Home / News & Videos / News / Medical Research /

Study Finds Little Risk From a Morning Sickness Medication

Study Finds Little Risk From a Morning Sickness Medication

June 11, 2009

Medical Research, Social Sciences & Humanities

As many as 80% of pregnant women suffer morning sickness in the first trimester of pregnancy. For the lucky ones, it can be controlled with saltines and frequent small meals.

When such strategies do not work, physicians often prescribe drugs to control the nausea — even though none are approved for such use in the U.S.


Now, in the first study of any of these medications in pregnant women, one has been found unlikely to affect the health of the fetus.

The drug, metoclopramide — sold generically and under the brand names Reglan, Octamide and Maxolon — is occasionally used for more severe cases in this country.

It is used more commonly in Europe and Israel, although there has previously been little information about its safety. The drug speeds emptying of the stomach and reduces heartburn.


In this country, the medications Compazine, Phenergan and Zofran are the most frequently prescribed for morning sickness.


Two other drugs once used for morning sickness were pulled from the market over serious concerns, leading many women and doctors to fear any anti-nausea medication. Thalidomide, used in Europe and Canada in the late 1950s and 1960s but never approved in the U.S., caused missing or shortened limbs.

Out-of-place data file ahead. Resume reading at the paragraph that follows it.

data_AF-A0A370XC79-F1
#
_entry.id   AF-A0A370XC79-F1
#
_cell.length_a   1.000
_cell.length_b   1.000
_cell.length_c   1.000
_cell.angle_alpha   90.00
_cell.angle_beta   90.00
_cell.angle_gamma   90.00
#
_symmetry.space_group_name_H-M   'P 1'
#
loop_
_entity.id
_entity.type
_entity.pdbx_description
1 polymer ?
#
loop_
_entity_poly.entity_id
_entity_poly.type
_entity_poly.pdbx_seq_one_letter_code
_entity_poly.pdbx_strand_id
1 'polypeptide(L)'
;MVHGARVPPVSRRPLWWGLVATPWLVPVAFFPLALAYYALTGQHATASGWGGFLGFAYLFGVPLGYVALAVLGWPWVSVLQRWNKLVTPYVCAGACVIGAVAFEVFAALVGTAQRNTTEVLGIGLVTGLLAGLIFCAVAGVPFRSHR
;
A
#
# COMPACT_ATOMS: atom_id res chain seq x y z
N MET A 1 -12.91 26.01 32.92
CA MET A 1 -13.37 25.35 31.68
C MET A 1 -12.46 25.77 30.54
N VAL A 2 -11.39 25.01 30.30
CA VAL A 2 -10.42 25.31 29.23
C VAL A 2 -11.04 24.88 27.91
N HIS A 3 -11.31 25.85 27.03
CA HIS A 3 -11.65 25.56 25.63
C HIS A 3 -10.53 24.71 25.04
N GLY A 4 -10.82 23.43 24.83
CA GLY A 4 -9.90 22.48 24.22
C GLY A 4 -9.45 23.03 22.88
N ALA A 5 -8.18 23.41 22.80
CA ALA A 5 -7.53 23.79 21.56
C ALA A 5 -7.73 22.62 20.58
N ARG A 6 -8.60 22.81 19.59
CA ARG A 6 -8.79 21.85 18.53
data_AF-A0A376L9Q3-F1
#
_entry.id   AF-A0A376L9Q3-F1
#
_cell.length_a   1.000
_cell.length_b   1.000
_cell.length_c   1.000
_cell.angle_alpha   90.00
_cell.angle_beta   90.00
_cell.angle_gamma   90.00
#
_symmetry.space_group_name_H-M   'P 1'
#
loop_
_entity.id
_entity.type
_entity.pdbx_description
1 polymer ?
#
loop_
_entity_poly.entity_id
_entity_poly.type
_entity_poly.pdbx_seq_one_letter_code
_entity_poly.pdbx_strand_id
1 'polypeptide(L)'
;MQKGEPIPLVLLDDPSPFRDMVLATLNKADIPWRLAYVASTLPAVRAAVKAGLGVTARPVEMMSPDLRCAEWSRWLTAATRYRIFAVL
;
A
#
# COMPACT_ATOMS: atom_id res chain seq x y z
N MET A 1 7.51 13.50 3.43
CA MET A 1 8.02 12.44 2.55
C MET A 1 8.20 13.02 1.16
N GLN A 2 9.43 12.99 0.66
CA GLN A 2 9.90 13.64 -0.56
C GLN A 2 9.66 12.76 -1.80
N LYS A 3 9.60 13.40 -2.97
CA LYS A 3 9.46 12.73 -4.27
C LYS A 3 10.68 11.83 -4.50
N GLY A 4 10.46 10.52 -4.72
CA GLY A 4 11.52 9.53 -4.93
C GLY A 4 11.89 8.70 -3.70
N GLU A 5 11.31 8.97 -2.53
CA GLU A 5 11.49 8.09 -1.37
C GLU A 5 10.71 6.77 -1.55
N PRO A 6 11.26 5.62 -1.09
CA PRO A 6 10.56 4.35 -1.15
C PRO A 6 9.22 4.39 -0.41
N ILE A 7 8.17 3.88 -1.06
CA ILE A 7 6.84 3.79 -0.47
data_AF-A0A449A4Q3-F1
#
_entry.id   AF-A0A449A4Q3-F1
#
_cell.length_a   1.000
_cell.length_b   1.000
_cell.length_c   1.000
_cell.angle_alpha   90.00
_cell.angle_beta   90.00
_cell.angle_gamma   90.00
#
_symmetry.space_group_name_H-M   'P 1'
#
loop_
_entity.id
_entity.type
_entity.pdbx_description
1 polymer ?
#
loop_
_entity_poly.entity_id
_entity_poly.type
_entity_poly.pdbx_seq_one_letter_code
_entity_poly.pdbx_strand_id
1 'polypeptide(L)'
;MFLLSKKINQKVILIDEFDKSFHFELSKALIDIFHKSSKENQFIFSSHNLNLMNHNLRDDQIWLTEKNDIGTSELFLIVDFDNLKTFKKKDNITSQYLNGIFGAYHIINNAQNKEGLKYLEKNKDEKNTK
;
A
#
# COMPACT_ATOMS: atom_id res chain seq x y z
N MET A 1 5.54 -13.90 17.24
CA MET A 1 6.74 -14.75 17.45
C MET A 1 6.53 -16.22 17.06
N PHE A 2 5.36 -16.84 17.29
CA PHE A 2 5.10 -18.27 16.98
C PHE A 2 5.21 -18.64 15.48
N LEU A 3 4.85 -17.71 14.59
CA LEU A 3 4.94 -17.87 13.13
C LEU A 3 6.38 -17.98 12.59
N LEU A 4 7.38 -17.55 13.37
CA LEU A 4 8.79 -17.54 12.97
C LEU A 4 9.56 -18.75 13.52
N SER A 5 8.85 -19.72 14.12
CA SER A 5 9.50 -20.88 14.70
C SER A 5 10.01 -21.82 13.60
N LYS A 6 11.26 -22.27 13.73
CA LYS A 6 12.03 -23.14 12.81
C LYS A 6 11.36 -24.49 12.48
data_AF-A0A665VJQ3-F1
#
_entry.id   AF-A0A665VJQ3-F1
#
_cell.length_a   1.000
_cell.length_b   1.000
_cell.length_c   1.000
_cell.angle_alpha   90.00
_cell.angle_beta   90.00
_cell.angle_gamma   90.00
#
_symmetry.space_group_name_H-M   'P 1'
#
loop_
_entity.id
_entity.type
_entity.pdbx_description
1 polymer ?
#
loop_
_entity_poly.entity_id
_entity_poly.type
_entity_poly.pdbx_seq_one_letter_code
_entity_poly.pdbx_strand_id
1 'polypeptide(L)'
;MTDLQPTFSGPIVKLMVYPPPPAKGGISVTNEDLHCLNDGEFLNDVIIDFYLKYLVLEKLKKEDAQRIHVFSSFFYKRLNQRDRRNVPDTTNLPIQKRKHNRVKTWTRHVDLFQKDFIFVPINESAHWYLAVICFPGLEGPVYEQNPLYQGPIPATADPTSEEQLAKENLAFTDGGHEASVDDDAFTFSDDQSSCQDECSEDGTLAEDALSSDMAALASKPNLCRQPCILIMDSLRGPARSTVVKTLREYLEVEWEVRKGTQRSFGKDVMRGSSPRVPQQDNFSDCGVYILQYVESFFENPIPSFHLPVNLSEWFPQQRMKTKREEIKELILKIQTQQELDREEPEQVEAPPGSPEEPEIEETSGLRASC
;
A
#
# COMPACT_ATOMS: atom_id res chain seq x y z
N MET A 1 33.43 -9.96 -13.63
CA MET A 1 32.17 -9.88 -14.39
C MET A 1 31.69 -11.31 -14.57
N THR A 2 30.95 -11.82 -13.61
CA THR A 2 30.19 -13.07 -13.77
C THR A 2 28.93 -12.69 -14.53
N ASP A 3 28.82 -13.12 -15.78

Bendectin was withdrawn from the market in 1983 after lawsuits alleging similar problems.

“Most times, we try to avoid using drugs, period,” said Dr. James Moran, chairman of obstetrics and gynecology at St. John’s Health Center in Santa Monica. He said that he thinks the new findings should be replicated but that he “wouldn’t hesitate to use Reglan at all.”


In the new study, a team led by Ilan Matok of Ben-Gurion University of the Negev in Beersheba, Israel, studied 81,703 births among women enrolled in Israel’s largest health maintenance organization; 3,458 of the women used metoclopramide during their pregnancies.


Matok and colleagues report in today’s New England Journal of Medicine that there were no statistically significant differences between those who took metoclopramide and those who did not.


The findings, researchers said, “provide reassurance regarding the safety of metoclopramide for the fetus when the drug is given to women to relieve nausea and vomiting during pregnancy.”